Listening to your community, part two focus groups…

The next step to really listen to our community was to dig a little deeper on the themes we had identified through the survey.

When you cover a community of 40,000 people you need to narrow your numbers down, you also need to think about what is a manageable number to facilitate. We’re a global company covering a variety of time zones, this meant we wouldn’t’ have the luxury of face to face and we needed to cover as many time zones as possible. We use google but I didn’t think a google hangout would be manageable with the numbers we anticipated, we chose WebEx.

We set a limit of 20 people per session, we should have had some back ups in hindsight. I’m based in the UK so we ran sessions at 7am, 12pm and 8pm. We had asked the respondents of the survey to include their email address, we invited these people to participate first. We then communicated the focus groups through our normal communication channels.

Top tips:

  • People will drop out, you can oversubscribed by about 5-10%
  • Be clear up front with the attendees that you welcome honest and open feedback, we used Chatham House Rules.
  • Make sure you record your focus groups you will want to listen back after the session for your notes. We were clear the recordings were for note taking only and would not be shared beyond our team.
  • Two facilitators make for a more productive use of everyone’s time, one should lead, they can take care of facilitating the conversation, ask the questions and move the conversation along. This person needs to be the time keeper too, it is critical you keep on time, if you don’t you won’t get through all your questions. The second facilitator can lead the conversation in the chat window, this gives everyone in the session the opportunity to get involved and share their views and be heard.
  • Limit the number of questions you want to ask and circulate ahead of the session if possible.
  • Turn your notes into really clear and actionable items, we chose to pick out short term actions and long term actions.
  • Share your summary with the attendees before posting in your community to check you’ve represented their views and comments (anonymously obviously).
  • You need diverse representation – it is important to listen to those who love your community and those that don’t.

The focus groups proved incredibly valuable – even more so than the survey, of course without the survey we wouldn’t have been able to narrow down the themes for the sessions. If you really want to listen to your community you need both.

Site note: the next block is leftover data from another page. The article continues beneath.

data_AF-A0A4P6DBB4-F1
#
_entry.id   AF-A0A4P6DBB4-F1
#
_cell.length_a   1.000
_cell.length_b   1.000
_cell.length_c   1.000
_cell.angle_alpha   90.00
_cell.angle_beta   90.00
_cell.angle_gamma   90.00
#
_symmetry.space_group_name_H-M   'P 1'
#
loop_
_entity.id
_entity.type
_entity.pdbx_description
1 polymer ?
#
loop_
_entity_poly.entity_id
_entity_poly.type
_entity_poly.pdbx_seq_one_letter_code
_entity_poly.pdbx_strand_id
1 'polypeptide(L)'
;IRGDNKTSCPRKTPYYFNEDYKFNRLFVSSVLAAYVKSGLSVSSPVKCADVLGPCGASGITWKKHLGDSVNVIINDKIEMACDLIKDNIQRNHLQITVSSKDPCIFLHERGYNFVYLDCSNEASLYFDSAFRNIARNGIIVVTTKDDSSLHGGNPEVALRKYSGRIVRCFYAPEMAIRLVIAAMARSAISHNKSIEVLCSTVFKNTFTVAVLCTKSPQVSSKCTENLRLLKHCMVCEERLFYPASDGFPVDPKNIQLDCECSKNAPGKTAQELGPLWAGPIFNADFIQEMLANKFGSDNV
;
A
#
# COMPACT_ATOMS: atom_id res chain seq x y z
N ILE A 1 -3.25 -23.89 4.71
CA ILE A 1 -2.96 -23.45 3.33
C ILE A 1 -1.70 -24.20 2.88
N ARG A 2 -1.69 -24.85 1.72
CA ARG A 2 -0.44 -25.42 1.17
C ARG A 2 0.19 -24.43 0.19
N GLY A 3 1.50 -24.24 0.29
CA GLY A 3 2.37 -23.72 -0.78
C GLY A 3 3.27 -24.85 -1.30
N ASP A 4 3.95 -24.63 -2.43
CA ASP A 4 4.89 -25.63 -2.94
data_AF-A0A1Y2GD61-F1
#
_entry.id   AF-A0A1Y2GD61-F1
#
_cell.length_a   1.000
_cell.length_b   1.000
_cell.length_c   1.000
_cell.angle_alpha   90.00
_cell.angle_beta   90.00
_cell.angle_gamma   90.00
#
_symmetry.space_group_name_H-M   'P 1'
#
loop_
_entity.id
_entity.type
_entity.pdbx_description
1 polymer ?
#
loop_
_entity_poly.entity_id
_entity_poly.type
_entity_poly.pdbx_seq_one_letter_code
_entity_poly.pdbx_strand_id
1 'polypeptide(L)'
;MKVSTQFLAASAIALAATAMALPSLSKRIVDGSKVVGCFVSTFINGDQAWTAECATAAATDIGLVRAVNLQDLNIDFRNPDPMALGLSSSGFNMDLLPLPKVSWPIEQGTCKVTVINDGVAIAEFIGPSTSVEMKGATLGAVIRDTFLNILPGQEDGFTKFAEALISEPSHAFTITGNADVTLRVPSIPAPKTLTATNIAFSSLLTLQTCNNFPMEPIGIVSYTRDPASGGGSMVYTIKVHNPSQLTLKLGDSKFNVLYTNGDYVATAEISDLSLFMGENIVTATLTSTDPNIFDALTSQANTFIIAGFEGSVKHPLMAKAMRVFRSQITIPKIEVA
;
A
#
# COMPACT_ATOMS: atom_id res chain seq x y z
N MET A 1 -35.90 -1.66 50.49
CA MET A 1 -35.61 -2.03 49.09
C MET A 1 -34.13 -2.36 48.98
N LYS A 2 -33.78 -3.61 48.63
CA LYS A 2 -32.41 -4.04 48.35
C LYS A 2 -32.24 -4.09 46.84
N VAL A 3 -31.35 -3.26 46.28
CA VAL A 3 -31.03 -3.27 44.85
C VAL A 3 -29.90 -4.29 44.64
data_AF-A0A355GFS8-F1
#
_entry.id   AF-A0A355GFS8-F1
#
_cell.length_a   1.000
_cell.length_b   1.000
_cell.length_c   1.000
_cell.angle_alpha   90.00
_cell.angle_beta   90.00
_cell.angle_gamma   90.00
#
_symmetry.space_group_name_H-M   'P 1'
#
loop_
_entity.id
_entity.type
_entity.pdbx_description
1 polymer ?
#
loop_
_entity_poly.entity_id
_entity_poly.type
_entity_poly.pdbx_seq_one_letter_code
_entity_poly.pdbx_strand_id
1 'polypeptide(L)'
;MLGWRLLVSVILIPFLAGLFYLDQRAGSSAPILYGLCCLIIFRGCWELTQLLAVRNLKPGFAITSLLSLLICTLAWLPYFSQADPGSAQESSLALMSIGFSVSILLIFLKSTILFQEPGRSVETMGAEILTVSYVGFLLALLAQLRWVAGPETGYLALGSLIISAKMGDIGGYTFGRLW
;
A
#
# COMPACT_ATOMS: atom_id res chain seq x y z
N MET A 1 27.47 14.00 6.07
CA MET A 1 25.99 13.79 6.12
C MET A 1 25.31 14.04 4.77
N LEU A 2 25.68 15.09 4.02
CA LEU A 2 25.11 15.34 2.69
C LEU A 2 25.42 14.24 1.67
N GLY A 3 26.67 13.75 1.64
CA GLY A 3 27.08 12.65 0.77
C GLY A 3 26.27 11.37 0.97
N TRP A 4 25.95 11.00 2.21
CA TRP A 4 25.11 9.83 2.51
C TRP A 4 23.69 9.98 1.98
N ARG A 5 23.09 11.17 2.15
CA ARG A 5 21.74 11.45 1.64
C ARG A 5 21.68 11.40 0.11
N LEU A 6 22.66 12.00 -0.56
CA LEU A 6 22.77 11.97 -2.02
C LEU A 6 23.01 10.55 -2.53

We now have enough insights to help prioritise our time in the community and we will be able to use the information we’ve gathered for our roadmap and strategy planning. Going forward we will run this listening exercise annually.

Listening to your community, part one create a survey…


Listening to your community is one of the most important tasks of a community manager. If you had asked me at the beginning of the year, “do you listen to your community?” I would have said, “yes, we have plenty of places for people to feedback and we’ve had surveys and polls, we talk to people all the time”. Of course the truth is all those activities are part and parcel of the role, they are not listening.

Our objectives this year focus around being insights driven, we are looking at our data and re-evaluating how we measure success. We’re also embarking on a community improvement project and we wanted to make sure the decisions we are making to improve our community are insights driven too.

A survey is a great place to start if you have a global organisation and a very large community. We pulled together a survey

I’ve attached an example of the survey questions we used, you may what to consider adding more demographic questions, for example what role do your perform…sales, marketing, finance etc. Example Survey. Note we used an NPS score question, you can find out more about NPS here: Net Promoter Score.

We promoted our survey through our community and our Corporate Affairs executive invited colleagues to take part via email too. We had a 20% response rate, with over 13,000 comments. Top Tip: The more free text fields you add the more comments you will need to wade through, which isn’t necessarily of value.

  • Keep your survey open long enough to catch people on leave, but not too long that people grow tired of seeing the button on the homepage.
  • You will get the majority of your responses early on very few people actually go back and complete the survey after the first week
  • Incentives can work for getting people to share their details (helpful for follow up) but be careful to not trivialise the survey, your survey isn’t a gimmick, you are gathering useful insights.

Our survey provided us with so much data and so many comments, we decided to theme the responses and host focus groups to dig deeper into some of the challenges and opportunities…this is where we were able to REALLY listen. More on that in the next post.